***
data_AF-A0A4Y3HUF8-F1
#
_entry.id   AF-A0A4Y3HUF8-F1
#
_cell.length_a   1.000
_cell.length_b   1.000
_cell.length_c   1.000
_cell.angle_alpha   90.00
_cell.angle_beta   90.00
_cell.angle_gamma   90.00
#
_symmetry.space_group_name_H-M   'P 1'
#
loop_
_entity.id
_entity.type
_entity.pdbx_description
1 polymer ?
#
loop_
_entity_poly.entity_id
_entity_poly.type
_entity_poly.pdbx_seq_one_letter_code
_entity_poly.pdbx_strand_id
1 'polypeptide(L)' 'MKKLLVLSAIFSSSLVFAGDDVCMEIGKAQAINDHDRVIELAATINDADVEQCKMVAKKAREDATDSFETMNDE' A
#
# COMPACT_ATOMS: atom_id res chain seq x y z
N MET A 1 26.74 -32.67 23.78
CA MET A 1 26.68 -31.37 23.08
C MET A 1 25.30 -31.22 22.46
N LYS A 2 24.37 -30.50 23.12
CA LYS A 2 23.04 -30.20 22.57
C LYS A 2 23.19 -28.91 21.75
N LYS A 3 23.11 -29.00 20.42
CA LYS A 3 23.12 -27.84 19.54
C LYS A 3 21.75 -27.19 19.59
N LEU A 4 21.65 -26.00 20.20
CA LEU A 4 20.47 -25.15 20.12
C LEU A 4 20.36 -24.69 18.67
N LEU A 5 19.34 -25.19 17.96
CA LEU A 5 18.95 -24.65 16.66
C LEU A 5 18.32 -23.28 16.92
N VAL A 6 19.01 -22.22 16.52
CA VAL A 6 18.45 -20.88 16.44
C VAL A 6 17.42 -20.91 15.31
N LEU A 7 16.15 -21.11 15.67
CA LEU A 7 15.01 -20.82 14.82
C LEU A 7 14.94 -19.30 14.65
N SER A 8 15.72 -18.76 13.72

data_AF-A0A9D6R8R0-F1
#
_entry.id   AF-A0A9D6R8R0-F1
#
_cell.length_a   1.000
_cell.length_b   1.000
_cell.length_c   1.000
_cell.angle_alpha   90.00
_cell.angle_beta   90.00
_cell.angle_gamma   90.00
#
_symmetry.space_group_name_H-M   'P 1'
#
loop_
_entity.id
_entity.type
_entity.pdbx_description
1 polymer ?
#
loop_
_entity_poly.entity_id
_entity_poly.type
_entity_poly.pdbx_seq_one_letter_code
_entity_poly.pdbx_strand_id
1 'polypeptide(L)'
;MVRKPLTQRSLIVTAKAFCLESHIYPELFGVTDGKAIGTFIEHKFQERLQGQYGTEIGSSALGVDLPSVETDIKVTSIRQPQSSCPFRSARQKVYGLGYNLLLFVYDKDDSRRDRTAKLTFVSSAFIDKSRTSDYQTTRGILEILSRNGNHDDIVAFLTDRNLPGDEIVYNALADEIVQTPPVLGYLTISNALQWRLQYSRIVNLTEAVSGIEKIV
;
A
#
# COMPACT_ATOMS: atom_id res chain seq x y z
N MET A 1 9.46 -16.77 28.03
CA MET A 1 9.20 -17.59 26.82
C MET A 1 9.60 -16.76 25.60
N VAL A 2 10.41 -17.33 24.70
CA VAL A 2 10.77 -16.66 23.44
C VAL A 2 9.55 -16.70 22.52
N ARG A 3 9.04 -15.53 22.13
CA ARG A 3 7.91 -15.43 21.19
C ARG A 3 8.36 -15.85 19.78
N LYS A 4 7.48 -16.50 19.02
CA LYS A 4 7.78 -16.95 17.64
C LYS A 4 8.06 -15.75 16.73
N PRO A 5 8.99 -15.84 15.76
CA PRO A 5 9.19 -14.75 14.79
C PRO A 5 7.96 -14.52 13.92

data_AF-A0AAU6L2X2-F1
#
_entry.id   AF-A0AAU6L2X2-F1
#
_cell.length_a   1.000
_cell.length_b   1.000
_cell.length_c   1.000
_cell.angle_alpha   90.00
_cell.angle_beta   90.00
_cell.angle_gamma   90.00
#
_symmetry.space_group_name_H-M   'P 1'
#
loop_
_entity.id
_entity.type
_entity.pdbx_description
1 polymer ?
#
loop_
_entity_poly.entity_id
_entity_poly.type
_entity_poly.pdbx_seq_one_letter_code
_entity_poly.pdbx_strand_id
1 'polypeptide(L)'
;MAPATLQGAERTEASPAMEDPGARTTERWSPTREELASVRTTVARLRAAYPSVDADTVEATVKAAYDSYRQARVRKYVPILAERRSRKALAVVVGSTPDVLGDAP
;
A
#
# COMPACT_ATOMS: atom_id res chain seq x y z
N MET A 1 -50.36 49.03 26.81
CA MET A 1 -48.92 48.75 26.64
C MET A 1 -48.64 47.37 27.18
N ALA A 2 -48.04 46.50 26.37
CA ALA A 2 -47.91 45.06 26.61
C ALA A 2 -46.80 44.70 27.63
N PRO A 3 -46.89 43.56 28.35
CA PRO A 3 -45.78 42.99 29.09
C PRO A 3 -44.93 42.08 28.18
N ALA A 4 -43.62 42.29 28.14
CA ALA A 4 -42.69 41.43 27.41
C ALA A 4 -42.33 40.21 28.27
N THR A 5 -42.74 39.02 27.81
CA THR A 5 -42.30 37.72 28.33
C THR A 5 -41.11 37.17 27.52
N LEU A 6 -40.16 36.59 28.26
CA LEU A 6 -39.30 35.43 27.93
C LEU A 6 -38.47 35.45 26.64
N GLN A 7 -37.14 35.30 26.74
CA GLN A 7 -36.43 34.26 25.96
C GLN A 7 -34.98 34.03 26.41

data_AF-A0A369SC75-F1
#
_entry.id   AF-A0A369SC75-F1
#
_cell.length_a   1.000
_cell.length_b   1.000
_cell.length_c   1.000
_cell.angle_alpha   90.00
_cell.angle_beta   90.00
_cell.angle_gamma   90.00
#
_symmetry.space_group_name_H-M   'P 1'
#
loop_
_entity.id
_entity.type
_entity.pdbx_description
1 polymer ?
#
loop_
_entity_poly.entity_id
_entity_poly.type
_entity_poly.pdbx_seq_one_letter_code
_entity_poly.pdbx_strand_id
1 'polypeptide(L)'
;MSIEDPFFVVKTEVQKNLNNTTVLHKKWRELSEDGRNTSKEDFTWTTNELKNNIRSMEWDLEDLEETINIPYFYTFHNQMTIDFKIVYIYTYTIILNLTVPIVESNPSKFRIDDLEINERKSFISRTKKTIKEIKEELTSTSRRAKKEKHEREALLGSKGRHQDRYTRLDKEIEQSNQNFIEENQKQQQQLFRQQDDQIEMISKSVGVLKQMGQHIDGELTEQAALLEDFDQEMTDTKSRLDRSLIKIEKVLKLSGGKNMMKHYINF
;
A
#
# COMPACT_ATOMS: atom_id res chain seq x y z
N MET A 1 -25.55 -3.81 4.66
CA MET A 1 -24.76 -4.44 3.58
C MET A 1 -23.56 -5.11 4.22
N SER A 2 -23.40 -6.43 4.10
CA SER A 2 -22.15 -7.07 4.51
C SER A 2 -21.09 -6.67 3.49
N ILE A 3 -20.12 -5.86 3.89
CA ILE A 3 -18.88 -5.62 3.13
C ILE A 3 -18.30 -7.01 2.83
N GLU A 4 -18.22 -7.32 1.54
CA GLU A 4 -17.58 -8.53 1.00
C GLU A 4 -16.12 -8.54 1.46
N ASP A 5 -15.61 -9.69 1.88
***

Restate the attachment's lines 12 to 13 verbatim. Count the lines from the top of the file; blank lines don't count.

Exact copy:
_symmetry.space_group_name_H-M   'P 1'
#